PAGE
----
Our Uber drivers, TaskRabbit taskers and Postmates love the freedom of their work, and the new support structure we deliver that helps them to protect that income stream. Remember, many of them don’t want to work for just one company (75 percent of Uber drivers have other sources of income), and many believe they are better off freelancing than full-timing (77 percent of freelancers say they make more money now than they did before freelancing and they report higher levels of job satisfaction).
The United States should protect the flexibility of the freelancing lifestyle and give platforms the ability to continue growing. Regulators in the U.S. should enable the new labor economy, an economy that unbridles the Millennial generation from traditional employment lifestyles that don’t suit them and gives them a shot at success in the age of “The Great Decoupling.”
What Freelancers Aren’t Getting Yet
Freelancers are coming to on-demand platforms in droves, and we’re seeing increased competition to retain them. Roughly one in three say they can find a new gig in less than 24 hours. Market pressure on platforms to deliver work and retain workers is building. Consequently, platforms want to connect quality workers with the life-toolkit they need to thrive, protect their incomes and stay healthy while retaining their beloved lifestyle flexibility.
Full-time employees often get protection in the form of employer benefits, but those come with the shackles of a full-time, less-flexible job. But there’s very little middle ground today: IRS labor classification guidelines don’t strictly define an independent contractor. They also don’t address ways a platform company can incentivize contractors without rendering them employees—for example, with contributions to health plans, retirement plans and other downside protection. After all, when these rules were written there were no platforms.
We believe there should be a middle-ground—the On-Demand Contractor—a classification that allows companies to incentivize contractors without forcing them into “employee status.” We’d like to see regulators acknowledge the uniqueness of the On-Demand Contractors and the platforms that created them.
Rather than maintaining threatening penalties for crossing unclear lines, we think that platforms should be allowed to offer incentives to On-Demand Contractors, without dooming the economic models that created the on-demand economy.
Other types of regulation are evolving to meet the shifts brought on by on-demand platforms, from transportation to housing to aviation. An employment regulatory shift should be no different. And data now exists to help enforce regulation like never before, à la Regulation 2.0.
Let’s take away the risks of platform companies helping too much; let’s see if the competitive private market can fill the gaps and provide performance or quality incentives that help platform companies find and retain workers. (Trust me, they want to do this for their contractors—we hear it every day.)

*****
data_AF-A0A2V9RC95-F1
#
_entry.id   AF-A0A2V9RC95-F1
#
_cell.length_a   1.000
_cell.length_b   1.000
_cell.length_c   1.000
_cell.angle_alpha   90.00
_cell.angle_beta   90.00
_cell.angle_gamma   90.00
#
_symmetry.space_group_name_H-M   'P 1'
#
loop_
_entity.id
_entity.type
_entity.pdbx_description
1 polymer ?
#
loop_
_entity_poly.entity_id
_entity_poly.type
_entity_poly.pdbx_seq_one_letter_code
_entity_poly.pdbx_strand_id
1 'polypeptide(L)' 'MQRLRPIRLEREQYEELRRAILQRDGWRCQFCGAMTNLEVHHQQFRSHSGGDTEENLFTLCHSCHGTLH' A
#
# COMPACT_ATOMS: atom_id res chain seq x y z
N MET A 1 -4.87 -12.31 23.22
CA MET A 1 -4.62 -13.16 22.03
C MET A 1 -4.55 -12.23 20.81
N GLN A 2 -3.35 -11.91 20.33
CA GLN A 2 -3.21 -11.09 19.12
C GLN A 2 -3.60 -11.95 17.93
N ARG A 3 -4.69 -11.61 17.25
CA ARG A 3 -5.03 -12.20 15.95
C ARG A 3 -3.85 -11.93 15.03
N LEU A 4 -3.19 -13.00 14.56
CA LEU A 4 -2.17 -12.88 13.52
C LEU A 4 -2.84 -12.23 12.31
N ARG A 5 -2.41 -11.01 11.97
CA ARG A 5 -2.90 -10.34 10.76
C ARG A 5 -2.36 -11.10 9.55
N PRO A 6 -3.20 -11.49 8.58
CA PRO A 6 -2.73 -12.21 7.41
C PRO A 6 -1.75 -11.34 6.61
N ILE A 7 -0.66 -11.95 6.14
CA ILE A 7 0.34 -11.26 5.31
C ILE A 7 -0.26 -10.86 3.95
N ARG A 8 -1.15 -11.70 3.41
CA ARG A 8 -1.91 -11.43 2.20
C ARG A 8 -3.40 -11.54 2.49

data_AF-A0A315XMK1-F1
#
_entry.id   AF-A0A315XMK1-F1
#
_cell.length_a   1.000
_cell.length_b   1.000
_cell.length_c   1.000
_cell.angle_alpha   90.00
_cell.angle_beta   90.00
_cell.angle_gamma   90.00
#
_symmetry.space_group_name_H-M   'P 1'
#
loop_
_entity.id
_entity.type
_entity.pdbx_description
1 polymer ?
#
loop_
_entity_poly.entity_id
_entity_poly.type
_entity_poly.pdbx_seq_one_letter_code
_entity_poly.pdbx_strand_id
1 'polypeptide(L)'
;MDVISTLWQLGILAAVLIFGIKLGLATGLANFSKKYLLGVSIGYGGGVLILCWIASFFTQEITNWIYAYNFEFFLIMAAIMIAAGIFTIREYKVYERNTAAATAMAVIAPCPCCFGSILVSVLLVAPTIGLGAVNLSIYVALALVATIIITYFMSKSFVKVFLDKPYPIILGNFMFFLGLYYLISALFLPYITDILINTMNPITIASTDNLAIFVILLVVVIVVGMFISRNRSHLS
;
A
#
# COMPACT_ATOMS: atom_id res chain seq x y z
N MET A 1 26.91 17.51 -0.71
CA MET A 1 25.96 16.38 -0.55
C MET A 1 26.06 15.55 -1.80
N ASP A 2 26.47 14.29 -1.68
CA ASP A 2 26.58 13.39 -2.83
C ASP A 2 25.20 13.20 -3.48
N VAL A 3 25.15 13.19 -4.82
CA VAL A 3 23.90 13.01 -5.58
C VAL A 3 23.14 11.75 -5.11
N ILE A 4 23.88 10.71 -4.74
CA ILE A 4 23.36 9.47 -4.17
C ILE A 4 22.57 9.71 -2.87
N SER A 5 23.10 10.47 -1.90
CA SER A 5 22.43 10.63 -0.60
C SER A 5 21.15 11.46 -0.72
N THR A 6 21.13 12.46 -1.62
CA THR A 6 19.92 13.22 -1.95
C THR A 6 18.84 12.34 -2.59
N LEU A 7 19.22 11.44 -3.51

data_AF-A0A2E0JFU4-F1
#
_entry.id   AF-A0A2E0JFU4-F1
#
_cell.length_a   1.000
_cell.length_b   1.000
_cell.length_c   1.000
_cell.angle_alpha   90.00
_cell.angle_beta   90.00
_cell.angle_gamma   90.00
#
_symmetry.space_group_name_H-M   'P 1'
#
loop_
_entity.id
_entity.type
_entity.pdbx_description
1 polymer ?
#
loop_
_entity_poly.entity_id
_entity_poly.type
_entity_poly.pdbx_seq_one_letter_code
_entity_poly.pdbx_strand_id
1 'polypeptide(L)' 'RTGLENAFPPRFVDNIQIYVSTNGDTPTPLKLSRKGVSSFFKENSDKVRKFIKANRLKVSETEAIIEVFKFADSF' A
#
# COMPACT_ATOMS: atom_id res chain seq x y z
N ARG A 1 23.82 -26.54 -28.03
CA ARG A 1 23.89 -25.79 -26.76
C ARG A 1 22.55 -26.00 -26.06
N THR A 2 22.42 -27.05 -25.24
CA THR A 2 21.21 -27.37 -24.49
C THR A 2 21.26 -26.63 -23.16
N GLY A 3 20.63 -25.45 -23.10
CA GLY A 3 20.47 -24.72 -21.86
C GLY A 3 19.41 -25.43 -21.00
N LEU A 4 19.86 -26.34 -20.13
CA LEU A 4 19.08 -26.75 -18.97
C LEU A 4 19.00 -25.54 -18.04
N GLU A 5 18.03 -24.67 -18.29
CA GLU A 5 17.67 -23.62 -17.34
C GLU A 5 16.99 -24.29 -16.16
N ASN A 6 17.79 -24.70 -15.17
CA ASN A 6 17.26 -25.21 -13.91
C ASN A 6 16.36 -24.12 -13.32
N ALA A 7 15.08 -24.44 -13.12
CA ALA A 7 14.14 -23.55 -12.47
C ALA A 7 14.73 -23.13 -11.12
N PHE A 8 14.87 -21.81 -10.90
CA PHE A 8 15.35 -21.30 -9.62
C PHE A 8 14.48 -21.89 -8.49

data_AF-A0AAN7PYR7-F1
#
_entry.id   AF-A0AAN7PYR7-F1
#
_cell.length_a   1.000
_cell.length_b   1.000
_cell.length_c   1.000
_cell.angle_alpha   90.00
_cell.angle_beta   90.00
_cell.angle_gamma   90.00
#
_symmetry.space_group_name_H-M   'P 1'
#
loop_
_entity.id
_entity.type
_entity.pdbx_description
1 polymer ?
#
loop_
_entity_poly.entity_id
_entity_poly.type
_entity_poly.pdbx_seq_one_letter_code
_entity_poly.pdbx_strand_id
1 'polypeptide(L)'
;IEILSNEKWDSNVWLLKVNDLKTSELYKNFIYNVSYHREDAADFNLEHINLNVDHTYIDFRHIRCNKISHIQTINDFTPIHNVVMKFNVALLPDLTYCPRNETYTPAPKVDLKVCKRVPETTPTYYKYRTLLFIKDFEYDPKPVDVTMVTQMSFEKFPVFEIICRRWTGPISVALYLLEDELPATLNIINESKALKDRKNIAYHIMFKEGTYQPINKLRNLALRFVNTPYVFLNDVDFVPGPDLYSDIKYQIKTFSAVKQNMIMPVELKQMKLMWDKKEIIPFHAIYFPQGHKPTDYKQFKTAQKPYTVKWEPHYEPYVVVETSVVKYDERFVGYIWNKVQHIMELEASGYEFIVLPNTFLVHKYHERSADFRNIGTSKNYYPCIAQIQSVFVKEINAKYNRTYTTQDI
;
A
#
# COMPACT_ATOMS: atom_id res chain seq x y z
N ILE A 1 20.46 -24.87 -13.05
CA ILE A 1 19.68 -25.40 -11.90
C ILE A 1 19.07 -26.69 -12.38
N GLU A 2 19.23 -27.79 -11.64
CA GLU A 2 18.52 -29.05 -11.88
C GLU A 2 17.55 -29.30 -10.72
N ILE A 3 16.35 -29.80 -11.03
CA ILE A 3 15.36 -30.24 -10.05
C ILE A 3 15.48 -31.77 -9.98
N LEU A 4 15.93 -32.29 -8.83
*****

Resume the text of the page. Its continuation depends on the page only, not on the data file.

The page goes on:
We believe that contractors who want the flexibility to shift among platforms should be allowed to accept contributions toward health, wellness, education, disability, unemployment and similar obligations from multiple platforms. And then carry these protections with them as they shift between platforms.
A new “On-Demand Contractor” labor class would help identify reasonable protections and make our legal reality more consistent with our economic reality. The flexibility the modern freelancer loves can be preserved while avoiding the abuses employment and tax laws were designed for.
This is a call to action, but we have a long, thoughtful road to discover the optimal solution. I give kudos to Senator Warner and agree that “our goal should be not stopping this transformation but making sure that there’s greater opportunities and greater mobility within the gig economy.” And kudos to Senator Elizabeth Warren for recognizing: “Our only chance for survival is to innovate our way out of this. We’re not going to stop tech so that lots of people will work. That’s like saying, ‘Let’s get rid of heavy equipment and let people dig with a spoon.’ That won’t work.”
This takes public-private cooperation. It also begs for a degree of legislative creativity that we haven’t seen in decades: to properly define the set of protections that will enable continued growth of this new economy—and consider which Old-World legal protections still make sense (OK, feel free to chuckle at the suggestion that the Department of the Treasury get creative or Congress get innovative).
Although Uber and the other freelancer platforms have been delivering work and income to freelancers for years on terms most of their workers like, Washington hasn’t yet updated the tax and employment rules to accommodate their reality. We have a shot at doing so with a new classification—the On-Demand Contractor.
Noah Lang is the CEO of Stride Health, a health care exchange that partners with companies in the on-demand economy, including Uber, to provide a health care recommendation engine that helps compare health insurance options to find the best fit, as well as assists users in using their health care coverage throughout the year.